The Los Angeles City Council approved the environmental documents for the Southern California International Gateway project, amidst outcry from both neighbors and the City of Long Beach. Despite pleas to at least postpone approval, the City Council moved forward in the belief that the project will be the most environmentally friendly of its kind, on top of the economic benefits it would bring. Opponents contend that the project is nothing like such and vowed to fight it in the courts. Curiously, Port of Los Angeles Director Geraldine Katz asserted that the city is working to have on-dock rail facilities, but even then there would be a need for an off-port area to handle all the cargo. Perhaps Katz should look into the GRID Project, which features a ship-to-rail design that would process all cargo in one area, without the need of a second facility.
The Southern California International Gateway, whose environmental documents were recently approved, was the subject of a New York Times piece. Residents are certainly incensed that LA City harbor commissioners voted to move forward with the new railyard, over the former’s objections. Channeling that fury is Long Beach Mayor Bob Foster, who took exception to the notion that the City of Los Angeles stands to gain much from the SCIG at the expense of his own City of Long Beach. Of course, if anyone gives consideration to the more promising and less taxing GRID Project proposal, this whole point might be moot.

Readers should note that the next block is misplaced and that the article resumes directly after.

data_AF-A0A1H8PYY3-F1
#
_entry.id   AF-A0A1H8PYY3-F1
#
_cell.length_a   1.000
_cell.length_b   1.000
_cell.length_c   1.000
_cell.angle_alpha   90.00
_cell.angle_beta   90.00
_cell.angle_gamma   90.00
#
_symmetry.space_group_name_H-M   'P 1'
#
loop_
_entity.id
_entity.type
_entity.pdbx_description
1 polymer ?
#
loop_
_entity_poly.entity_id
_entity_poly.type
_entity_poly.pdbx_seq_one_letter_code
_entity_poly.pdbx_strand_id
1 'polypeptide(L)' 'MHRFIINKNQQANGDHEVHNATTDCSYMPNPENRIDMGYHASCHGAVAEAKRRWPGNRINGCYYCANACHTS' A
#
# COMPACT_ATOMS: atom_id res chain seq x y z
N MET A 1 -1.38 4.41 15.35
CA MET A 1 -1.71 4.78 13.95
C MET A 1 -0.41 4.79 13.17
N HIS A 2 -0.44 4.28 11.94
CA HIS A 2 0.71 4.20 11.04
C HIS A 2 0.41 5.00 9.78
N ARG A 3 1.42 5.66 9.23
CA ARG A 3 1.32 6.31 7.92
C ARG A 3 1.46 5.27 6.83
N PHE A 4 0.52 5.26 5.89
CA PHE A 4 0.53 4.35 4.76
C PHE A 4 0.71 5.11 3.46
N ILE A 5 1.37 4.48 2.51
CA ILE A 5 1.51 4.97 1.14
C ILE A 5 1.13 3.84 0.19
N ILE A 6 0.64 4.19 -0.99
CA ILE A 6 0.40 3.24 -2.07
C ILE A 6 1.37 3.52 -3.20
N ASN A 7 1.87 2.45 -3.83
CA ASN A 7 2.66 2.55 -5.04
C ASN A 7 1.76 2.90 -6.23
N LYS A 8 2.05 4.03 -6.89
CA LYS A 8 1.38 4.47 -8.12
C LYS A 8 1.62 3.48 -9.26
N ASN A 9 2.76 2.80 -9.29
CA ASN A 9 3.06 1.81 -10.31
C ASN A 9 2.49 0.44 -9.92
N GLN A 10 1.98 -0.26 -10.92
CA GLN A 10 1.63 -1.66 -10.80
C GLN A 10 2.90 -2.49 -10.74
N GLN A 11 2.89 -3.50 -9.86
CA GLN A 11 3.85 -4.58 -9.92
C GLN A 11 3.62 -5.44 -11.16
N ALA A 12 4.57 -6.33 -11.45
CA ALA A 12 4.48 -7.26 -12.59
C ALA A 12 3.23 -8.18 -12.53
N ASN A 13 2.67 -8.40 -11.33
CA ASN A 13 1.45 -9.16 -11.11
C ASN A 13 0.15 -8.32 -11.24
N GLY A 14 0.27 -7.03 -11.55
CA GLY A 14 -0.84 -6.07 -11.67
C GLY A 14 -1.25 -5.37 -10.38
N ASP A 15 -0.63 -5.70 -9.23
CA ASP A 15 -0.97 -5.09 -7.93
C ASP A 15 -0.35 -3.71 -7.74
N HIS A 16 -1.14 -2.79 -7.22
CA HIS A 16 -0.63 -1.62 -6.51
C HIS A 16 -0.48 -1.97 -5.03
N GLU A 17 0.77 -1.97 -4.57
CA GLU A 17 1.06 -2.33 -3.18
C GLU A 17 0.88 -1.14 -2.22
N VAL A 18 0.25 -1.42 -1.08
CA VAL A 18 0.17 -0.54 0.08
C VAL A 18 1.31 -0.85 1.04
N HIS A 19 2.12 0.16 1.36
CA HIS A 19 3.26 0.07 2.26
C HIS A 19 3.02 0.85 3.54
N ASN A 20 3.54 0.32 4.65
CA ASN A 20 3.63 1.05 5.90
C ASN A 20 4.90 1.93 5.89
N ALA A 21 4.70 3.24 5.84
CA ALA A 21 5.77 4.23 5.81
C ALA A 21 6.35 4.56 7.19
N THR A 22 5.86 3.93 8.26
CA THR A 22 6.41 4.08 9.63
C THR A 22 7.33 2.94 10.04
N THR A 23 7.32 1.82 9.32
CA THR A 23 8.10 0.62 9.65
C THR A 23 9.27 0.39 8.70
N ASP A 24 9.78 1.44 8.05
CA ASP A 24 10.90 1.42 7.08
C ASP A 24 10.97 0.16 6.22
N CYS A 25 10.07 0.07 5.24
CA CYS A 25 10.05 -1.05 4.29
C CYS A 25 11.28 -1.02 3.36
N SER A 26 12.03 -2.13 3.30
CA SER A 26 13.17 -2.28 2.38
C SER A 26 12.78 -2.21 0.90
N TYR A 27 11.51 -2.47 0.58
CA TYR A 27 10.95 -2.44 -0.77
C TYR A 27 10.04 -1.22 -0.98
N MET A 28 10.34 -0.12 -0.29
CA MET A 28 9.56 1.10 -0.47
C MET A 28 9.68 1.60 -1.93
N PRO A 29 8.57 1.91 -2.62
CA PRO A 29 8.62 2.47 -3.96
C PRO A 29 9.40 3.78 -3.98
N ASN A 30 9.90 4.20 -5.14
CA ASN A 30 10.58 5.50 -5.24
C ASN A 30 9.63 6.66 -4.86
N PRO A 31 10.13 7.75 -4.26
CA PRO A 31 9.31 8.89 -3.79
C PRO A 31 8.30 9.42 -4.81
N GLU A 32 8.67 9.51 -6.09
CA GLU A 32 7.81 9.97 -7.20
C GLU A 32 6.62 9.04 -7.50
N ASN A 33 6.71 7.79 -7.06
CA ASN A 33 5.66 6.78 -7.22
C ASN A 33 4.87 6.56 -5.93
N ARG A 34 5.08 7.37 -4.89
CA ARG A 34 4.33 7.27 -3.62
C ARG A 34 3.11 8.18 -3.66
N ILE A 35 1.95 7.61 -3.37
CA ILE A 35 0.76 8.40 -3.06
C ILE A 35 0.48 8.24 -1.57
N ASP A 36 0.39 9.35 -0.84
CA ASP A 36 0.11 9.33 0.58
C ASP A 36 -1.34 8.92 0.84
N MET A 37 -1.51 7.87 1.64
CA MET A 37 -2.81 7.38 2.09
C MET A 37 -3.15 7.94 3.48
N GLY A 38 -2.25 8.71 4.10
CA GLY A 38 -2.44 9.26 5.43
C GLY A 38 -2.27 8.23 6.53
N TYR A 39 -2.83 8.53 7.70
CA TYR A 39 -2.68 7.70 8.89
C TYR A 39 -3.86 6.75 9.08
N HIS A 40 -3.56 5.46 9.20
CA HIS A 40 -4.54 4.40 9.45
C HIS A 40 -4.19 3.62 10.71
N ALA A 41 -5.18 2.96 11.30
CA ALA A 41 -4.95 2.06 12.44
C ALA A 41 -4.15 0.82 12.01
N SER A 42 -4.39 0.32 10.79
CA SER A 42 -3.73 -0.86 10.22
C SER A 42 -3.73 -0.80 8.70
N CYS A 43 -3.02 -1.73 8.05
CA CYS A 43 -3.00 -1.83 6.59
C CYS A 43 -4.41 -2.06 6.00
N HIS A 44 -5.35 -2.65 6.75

Even as residents near the proposed Southern California International Gateway fester their consternation, both the Los Angeles Times and the Los Angeles Daily News came out in support of the project. The two editorials cite the economic contributions the ports bring to Southern California, often in a manner that is taken for granted. However, both also note that concerns from nearby residents must be allayed before a shovel of dirt is turned for the project, even as proponents assure that the project will remove 1.5 million truck trips on the Long Beach Freeway every year. If the GRID Project was built, the SCIG would be unnecessary.
A $1.6 billion harbor maintenance initiative by the federal government could mean good tidings for the Ports of Long Beach and Los Angeles. Previously, the Port of LA received nothing from this pot of cash, to which US Senator Barbara Boxer offered a bill that would provide the port with $2 million to $5 million a year initially. California ports have long suffered fiscal neglect from the federal government, raking in $430 million in taxes on shippers for the feds in 2011 but getting back $54 million. However, this effort also reveals more cunning ways lawmakers are getting around laws and rules prohibiting earmarks.